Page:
|Viekira--Courtesy of AbbVie|
AbbVie ($ABBV) is facing bad news for its hep C powerhouse Viekira Pak as it dukes it out for market share with Gilead Sciences ($GILD) in the hep C market. Healthcare informatics firm Advera Health Analytics looked at new side effect reports on hep C treatments, including those for Gilead's Sovaldi and Harvoni, and AbbVie's Viekira Pak, and found that AbbVie's drug was the riskiest option among the three meds.
In its analysis, Advera saw that Viekira Pak's RxCost per prescription--a proprietary calculation based on the direct cost of adverse events--shot up 200% to $151. And the drug's RxScore, a number that demonstrates its safety, jumped 8 points to 73.93, making it the most likely of the three meds to trigger side effects. For comparison's sake, Harvoni had a 32% drop in RxCost to $60.24, based on the new side-effect reports, and an RxScore of 68.98--the lowest of the three treatments, according to Advera's report.
Back in May, Advera examined post-marketing side effects reports for hep C meds to see which drugs had the safest profiles, and found that Gilead Sciences' Sovaldi and Harvoni showed advantages over older treatments, including Merck's ($MRK) Victrelis and Vertex Pharmaceuticals' ($VRTX) Incivek.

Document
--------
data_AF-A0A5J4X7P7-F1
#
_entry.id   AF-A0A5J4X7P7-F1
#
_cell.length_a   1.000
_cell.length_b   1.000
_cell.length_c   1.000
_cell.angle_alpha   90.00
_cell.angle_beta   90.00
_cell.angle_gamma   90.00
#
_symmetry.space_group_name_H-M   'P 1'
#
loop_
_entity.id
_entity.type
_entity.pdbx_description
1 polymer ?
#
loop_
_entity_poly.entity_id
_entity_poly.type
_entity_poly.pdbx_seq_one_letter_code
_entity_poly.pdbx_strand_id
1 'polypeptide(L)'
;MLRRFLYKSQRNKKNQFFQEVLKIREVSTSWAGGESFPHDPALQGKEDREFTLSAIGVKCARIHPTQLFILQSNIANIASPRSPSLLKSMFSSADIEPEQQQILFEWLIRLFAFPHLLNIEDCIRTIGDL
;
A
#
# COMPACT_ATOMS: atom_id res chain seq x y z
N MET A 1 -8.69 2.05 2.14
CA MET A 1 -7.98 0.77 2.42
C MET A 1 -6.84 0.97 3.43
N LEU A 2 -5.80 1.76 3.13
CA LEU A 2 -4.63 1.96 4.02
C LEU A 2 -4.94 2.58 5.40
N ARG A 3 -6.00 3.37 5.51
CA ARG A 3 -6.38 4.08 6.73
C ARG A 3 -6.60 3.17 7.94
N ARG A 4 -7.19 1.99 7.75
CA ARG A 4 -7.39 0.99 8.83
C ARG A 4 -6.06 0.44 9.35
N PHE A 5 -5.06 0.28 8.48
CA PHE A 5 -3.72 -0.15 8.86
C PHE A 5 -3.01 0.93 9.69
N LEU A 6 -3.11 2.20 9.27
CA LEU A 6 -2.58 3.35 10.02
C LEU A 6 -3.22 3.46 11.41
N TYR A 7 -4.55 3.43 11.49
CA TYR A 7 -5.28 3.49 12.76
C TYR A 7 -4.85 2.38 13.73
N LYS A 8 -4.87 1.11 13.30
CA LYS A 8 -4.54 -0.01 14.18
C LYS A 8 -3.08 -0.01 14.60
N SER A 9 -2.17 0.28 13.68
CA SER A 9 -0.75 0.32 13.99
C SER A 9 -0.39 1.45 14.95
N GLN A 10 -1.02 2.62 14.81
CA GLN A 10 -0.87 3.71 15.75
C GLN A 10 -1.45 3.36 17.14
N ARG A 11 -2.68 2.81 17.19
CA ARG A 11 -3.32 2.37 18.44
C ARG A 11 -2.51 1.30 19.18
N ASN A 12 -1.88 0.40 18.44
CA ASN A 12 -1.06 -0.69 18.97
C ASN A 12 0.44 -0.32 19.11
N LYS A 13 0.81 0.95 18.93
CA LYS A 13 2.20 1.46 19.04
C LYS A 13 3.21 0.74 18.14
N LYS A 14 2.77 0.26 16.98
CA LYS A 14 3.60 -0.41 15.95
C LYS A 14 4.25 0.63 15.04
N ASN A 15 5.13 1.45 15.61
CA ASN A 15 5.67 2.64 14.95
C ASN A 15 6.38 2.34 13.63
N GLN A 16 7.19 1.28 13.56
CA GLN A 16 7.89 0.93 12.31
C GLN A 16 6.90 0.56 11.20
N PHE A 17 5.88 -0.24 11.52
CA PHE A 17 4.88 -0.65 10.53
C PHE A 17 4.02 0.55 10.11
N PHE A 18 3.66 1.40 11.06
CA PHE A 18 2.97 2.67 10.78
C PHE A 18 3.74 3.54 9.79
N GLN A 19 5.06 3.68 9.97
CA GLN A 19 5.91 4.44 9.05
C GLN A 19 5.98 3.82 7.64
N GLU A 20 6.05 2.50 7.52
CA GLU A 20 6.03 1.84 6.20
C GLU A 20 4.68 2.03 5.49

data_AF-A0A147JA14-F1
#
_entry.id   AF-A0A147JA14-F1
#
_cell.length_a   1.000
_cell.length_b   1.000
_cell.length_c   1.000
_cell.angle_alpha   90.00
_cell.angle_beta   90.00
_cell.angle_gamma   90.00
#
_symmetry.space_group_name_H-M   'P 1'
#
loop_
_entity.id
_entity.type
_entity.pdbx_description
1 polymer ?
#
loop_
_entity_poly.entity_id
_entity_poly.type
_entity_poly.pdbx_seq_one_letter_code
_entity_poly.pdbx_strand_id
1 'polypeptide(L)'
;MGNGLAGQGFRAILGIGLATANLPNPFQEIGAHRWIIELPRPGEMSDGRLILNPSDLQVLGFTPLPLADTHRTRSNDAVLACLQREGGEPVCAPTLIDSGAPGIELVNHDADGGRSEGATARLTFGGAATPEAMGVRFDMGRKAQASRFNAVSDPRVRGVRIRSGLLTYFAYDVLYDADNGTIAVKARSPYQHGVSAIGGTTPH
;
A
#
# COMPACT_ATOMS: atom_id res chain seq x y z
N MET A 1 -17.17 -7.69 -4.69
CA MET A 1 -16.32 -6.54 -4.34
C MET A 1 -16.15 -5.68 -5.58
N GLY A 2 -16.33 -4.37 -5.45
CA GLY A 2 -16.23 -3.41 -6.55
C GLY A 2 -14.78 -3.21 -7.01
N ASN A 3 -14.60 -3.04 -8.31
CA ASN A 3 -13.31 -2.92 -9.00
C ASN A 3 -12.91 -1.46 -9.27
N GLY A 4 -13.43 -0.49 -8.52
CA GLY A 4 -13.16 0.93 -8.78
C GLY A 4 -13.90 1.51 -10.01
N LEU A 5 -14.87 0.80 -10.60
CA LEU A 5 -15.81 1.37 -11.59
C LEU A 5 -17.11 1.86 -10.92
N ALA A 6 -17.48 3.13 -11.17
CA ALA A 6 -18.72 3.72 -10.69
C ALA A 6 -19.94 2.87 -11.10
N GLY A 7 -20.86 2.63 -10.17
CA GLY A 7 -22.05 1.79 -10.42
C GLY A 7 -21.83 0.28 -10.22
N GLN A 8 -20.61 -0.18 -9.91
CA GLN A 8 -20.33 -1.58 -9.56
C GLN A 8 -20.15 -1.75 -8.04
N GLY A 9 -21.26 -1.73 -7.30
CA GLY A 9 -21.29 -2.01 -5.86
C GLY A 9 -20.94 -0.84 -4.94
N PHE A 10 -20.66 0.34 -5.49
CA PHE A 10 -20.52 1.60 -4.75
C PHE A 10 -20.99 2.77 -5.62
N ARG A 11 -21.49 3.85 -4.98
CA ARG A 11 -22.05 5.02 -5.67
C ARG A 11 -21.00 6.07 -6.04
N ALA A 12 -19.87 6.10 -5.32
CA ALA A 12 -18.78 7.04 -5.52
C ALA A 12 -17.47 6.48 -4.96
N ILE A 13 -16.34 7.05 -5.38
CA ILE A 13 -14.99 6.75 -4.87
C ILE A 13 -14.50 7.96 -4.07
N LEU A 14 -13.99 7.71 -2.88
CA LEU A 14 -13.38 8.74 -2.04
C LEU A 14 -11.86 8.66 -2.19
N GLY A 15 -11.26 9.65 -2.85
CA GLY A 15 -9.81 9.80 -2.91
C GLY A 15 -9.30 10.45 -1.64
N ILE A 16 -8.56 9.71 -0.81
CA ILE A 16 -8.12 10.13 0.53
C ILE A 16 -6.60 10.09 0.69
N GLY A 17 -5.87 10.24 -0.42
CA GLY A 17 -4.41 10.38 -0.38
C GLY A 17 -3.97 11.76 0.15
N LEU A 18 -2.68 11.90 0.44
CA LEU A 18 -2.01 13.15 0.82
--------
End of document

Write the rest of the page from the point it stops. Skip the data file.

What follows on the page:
|Advera's Keith Hoffman|
"Everyone assumes that a newer generation is safe, and oftentimes, it's not. But in this case it's true," Keith Hoffman, VP of scientific affairs at Advera, told FiercePharmaMarketing at the time. "Some of the drugs in the older generation of hep C meds are only a couple years old, but we're already seeing an incredible shift in the efficacy and safety of these drugs."
But Advera left Viekira Pak out of its May analysis because there wasn't enough post-marketing data for the drug at the time. Still, the latest numbers confirm the company's previous predictions about Viekira Pak, as Hoffman said that Advera was "not optimistic" that AbbVie drug's safety profile would top Harvoni's or Sovaldi's. Viekira Pak has four active ingredients and a long list of side effects on its FDA approved label, Hoffman pointed out. Plus, regulators already caution against using the med in hep C patients with severe liver impairment or who are taking other drugs.
AbbVie has stood by its med's safety. An "analysis of Viekira Pak's implied safety on the sole basis of a partial label reference without noting the medicine's rigorous clinical program is superficial and not clinically relevant," the company told FiercePharmaMarketing in an email in May. "Viekira Pak's safety assessment was based on data from the large clinical trial program, and since clinical trials are conducted under varying conditions, adverse reaction rates observed in Viekira Park trials cannot be directly compared to rates in the clinical trials of another drug."
The company will continue to evaluate patient response to Viekira Pak through a post-marketing surveillance program, gathering safety data to analyze the drug among a broader GT1 patient population, it added.
AbbVie has not yet commented for the story at press time.
- read the Advera Health Analytics report (reg. req.)
Special Reports: The new drug approvals of 2014 - Harvoni - Viekira Pak | The new drug approvals of 2013 - Sovaldi - Gilead